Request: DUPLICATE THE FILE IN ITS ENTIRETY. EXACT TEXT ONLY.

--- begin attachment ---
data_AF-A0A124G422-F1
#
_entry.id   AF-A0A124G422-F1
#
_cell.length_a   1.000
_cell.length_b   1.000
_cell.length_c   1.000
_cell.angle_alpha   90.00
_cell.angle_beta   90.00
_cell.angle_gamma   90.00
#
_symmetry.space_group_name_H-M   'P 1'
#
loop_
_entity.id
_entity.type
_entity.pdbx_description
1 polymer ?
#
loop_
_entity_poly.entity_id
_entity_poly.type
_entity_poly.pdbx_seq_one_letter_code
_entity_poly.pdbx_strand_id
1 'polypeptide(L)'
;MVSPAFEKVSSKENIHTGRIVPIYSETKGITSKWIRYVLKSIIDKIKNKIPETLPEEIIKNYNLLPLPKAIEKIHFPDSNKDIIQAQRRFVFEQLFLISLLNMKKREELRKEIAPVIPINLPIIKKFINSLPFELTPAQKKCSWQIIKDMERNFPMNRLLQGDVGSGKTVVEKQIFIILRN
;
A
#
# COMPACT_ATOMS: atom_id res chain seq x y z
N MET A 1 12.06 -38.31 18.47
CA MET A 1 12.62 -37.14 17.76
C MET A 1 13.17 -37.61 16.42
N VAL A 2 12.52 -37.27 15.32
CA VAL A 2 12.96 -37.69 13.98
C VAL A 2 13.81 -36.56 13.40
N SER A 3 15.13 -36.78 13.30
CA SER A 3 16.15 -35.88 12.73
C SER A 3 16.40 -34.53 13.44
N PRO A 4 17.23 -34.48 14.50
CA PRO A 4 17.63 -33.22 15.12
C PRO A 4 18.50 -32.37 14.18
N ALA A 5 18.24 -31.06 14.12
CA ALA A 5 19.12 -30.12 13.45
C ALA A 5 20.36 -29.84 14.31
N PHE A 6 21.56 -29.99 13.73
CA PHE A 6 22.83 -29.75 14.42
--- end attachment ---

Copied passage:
data_AF-A0A124G422-F1
#
_entry.id   AF-A0A124G422-F1
#
_cell.length_a   1.000
_cell.length_b   1.000
_cell.length_c   1.000
_cell.angle_alpha   90.00
_cell.angle_beta   90.00
_cell.angle_gamma   90.00
#
_symmetry.space_group_name_H-M   'P 1'
#
loop_
_entity.id
_entity.type
_entity.pdbx_description
1 polymer ?
#
loop_
_entity_poly.entity_id
_entity_poly.type
_entity_poly.pdbx_seq_one_letter_code
_entity_poly.pdbx_strand_id
1 'polypeptide(L)'
;MVSPAFEKVSSKENIHTGRIVPIYSETKGITSKWIRYVLKSIIDKIKNKIPETLPEEIIKNYNLLPLPKAIEKIHFPDSNKDIIQAQRRFVFEQLFLISLLNMKKREELRKEIAPVIPINLPIIKKFINSLPFELTPAQKKCSWQIIKDMERNFPMNRLLQGDVGSGKTVVEKQIFIILRN
;
A
#
# COMPACT_ATOMS: atom_id res chain seq x y z
N MET A 1 12.06 -38.31 18.47
CA MET A 1 12.62 -37.14 17.76
C MET A 1 13.17 -37.61 16.42
N VAL A 2 12.52 -37.27 15.32
CA VAL A 2 12.96 -37.69 13.98
C VAL A 2 13.81 -36.56 13.40
N SER A 3 15.13 -36.78 13.30
CA SER A 3 16.15 -35.88 12.73
C SER A 3 16.40 -34.53 13.44
N PRO A 4 17.23 -34.48 14.50
CA PRO A 4 17.63 -33.22 15.12
C PRO A 4 18.50 -32.37 14.18
N ALA A 5 18.24 -31.06 14.12
CA ALA A 5 19.12 -30.12 13.45
C ALA A 5 20.36 -29.84 14.31
N PHE A 6 21.56 -29.99 13.73
CA PHE A 6 22.83 -29.75 14.42